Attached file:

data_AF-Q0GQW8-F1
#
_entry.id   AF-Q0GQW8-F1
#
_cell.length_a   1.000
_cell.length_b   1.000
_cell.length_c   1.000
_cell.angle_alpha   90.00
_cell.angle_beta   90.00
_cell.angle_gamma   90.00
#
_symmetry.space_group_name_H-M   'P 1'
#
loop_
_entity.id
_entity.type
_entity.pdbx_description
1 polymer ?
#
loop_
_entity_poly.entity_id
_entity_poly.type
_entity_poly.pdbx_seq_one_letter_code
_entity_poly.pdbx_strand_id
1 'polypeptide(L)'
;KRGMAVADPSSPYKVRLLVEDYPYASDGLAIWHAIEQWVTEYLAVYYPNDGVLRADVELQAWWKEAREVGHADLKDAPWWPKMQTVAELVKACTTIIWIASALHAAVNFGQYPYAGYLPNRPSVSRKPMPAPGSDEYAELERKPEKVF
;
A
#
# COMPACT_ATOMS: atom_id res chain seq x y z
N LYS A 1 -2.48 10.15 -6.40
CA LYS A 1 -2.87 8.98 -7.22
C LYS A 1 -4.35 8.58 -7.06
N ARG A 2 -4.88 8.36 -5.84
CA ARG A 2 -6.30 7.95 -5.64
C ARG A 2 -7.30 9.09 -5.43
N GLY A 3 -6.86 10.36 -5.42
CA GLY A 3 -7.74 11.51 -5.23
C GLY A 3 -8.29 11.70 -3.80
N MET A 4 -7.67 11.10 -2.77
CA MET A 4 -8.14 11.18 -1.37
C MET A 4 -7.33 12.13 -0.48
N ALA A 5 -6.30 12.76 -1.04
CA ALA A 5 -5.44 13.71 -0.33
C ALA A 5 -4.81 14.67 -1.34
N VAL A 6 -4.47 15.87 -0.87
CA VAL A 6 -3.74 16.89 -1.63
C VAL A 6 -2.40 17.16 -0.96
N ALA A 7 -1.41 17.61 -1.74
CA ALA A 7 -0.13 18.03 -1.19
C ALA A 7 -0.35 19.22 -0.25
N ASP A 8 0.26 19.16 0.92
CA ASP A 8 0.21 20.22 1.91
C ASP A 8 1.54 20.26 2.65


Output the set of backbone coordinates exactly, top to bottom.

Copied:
data_AF-Q0GQW8-F1
#
_entry.id   AF-Q0GQW8-F1
#
_cell.length_a   1.000
_cell.length_b   1.000
_cell.length_c   1.000
_cell.angle_alpha   90.00
_cell.angle_beta   90.00
_cell.angle_gamma   90.00
#
_symmetry.space_group_name_H-M   'P 1'
#
loop_
_entity.id
_entity.type
_entity.pdbx_description
1 polymer ?
#
loop_
_entity_poly.entity_id
_entity_poly.type
_entity_poly.pdbx_seq_one_letter_code
_entity_poly.pdbx_strand_id
1 'polypeptide(L)'
;KRGMAVADPSSPYKVRLLVEDYPYASDGLAIWHAIEQWVTEYLAVYYPNDGVLRADVELQAWWKEAREVGHADLKDAPWWPKMQTVAELVKACTTIIWIASALHAAVNFGQYPYAGYLPNRPSVSRKPMPAPGSDEYAELERKPEKVF
;
A
#
# COMPACT_ATOMS: atom_id res chain seq x y z
N LYS A 1 -2.48 10.15 -6.40
CA LYS A 1 -2.87 8.98 -7.22
C LYS A 1 -4.35 8.58 -7.06
N ARG A 2 -4.88 8.36 -5.84
CA ARG A 2 -6.30 7.95 -5.64
C ARG A 2 -7.30 9.09 -5.43
N GLY A 3 -6.86 10.36 -5.42
CA GLY A 3 -7.74 11.51 -5.23
C GLY A 3 -8.29 11.70 -3.80
N MET A 4 -7.67 11.10 -2.77
CA MET A 4 -8.14 11.18 -1.37
C MET A 4 -7.33 12.13 -0.48
N ALA A 5 -6.30 12.76 -1.04
CA ALA A 5 -5.44 13.71 -0.33
C ALA A 5 -4.81 14.67 -1.34
N VAL A 6 -4.47 15.87 -0.87
CA VAL A 6 -3.74 16.89 -1.63
C VAL A 6 -2.40 17.16 -0.96
N ALA A 7 -1.41 17.61 -1.74
CA ALA A 7 -0.13 18.03 -1.19
C ALA A 7 -0.35 19.22 -0.25
N ASP A 8 0.26 19.16 0.92
CA ASP A 8 0.21 20.22 1.91
C ASP A 8 1.54 20.26 2.65